Reporting Fraudulent Information to the Workers’ Compensation Board Results in Criminal Charges
December 12, 2019
Lying to the workers’ compensation authorities in order to reduce premiums can result in criminal charges. On September 5, 2019, Manhattan D.A. and other New York state investigators announced the indictment of unlicensed labor broker Salvador Almonte and insurance broker Steven Asvasadourian on multiple fraud charges after they were caught in a scheme which included lying to the New York State Insurance Fund about the status and work of construction employees. Almonte and his accomplice underreported the size of Almonte’s companies and lied to insurance carriers about the type of work being performed to evade more than $1 million dollars in insurance premiums. In doing so, the pair left more than one hundred construction workers underinsured. In one instance, Almonte claimed that workers he sent to perform dangerous tasks on high-rise construction projects were cleaners, thereby drastically lowering the premium rates he paid. Investigators found that more than 12 of Almonte’s workers have been injured in the past four years, one fatally, and Almonte refused to acknowledge to the New York Workers’ Compensation Board that he was their employer.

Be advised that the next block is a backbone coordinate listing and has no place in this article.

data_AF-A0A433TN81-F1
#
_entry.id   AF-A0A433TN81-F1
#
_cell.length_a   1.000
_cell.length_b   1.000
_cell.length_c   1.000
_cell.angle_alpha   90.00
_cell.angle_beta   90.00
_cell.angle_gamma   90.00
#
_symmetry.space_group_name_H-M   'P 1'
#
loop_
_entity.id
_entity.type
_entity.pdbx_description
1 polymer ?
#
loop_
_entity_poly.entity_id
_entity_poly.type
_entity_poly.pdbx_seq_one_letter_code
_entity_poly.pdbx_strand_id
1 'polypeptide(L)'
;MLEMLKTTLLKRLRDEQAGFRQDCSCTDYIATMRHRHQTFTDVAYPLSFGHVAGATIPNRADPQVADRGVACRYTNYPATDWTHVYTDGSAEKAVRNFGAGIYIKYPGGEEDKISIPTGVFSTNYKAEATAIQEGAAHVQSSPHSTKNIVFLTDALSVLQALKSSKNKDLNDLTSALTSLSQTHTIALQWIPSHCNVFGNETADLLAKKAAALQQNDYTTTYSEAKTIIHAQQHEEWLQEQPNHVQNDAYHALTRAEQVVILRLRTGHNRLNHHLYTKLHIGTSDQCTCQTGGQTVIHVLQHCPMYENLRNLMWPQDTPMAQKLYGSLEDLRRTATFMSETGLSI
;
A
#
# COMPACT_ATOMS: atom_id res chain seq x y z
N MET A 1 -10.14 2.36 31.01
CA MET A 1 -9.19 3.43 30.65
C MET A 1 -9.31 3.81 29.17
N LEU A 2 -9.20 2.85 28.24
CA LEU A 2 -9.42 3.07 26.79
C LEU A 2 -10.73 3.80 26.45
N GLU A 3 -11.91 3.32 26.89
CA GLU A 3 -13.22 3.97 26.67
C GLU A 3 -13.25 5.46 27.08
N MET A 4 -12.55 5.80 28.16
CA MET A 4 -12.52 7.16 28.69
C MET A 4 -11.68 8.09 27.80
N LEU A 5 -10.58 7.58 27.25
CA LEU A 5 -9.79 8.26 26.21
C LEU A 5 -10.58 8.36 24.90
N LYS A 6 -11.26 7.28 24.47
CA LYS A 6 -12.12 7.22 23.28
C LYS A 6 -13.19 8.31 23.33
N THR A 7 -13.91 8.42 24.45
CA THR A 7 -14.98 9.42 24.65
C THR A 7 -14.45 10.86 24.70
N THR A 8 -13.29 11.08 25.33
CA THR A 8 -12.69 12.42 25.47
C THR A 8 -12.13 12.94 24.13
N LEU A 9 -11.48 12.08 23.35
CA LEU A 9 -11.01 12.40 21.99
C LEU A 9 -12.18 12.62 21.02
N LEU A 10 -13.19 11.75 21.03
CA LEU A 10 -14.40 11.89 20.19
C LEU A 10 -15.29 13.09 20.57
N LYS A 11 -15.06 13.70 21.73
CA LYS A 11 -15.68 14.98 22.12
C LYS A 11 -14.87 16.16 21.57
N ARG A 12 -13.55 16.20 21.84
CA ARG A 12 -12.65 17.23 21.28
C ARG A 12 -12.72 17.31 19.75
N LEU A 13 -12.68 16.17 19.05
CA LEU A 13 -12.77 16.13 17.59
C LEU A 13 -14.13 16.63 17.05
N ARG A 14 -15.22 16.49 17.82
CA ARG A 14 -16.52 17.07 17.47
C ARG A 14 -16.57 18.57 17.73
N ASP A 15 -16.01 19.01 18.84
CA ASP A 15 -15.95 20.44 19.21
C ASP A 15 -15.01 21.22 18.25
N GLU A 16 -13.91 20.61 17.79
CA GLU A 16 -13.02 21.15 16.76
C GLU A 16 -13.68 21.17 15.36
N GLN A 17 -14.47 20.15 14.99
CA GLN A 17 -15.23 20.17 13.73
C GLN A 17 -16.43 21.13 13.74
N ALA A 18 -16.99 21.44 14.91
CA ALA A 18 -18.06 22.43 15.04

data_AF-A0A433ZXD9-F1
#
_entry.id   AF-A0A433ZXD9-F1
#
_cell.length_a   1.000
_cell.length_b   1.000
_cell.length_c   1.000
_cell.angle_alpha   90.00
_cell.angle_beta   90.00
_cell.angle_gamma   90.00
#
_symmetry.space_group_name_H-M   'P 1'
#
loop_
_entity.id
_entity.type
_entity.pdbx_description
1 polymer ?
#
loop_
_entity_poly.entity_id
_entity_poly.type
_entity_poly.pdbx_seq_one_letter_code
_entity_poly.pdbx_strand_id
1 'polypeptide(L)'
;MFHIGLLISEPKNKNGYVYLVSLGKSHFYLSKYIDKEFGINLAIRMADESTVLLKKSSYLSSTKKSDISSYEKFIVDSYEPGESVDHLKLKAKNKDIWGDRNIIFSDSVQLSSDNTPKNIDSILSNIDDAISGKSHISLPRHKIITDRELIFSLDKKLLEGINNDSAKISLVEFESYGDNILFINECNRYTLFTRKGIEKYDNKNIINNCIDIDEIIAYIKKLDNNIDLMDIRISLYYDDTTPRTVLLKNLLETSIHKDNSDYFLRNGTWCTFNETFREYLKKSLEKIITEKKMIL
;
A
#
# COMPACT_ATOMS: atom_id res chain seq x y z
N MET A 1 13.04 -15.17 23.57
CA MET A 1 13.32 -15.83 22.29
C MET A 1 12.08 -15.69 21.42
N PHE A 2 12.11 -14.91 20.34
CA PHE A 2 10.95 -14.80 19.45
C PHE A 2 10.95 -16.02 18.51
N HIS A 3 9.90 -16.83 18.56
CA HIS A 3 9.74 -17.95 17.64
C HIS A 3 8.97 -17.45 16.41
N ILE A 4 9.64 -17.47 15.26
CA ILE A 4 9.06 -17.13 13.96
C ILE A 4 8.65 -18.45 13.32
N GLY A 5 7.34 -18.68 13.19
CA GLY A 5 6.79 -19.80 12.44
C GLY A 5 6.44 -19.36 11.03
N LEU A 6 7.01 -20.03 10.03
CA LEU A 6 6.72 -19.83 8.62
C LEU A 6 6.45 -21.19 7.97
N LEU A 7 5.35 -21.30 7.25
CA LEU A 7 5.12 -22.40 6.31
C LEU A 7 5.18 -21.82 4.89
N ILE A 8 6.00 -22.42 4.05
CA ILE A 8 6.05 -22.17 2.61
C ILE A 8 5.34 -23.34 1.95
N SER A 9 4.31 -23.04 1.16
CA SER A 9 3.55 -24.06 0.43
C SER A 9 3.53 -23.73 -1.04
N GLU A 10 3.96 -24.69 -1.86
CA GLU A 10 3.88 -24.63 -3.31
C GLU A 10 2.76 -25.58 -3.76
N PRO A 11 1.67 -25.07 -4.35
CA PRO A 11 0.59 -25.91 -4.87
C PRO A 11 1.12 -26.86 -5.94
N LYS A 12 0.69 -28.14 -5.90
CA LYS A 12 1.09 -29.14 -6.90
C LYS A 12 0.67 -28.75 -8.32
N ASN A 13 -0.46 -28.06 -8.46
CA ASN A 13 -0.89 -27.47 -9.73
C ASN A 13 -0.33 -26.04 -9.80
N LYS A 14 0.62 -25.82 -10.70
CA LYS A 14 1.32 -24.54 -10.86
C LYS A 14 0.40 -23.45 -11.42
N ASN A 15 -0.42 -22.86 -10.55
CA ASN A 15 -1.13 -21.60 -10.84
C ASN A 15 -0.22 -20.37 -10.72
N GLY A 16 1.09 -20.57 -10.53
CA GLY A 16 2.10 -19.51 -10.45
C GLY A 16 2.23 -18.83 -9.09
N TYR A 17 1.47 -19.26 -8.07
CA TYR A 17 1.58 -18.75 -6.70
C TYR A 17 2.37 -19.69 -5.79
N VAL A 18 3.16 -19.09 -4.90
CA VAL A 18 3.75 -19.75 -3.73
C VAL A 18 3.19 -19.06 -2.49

While this case illustrates extreme examples of fraud in the workers’ compensation system, the exposure to potential criminal liability for fraudulently reporting information to the workers’ compensation board is a legitimate, serious consequence of such actions.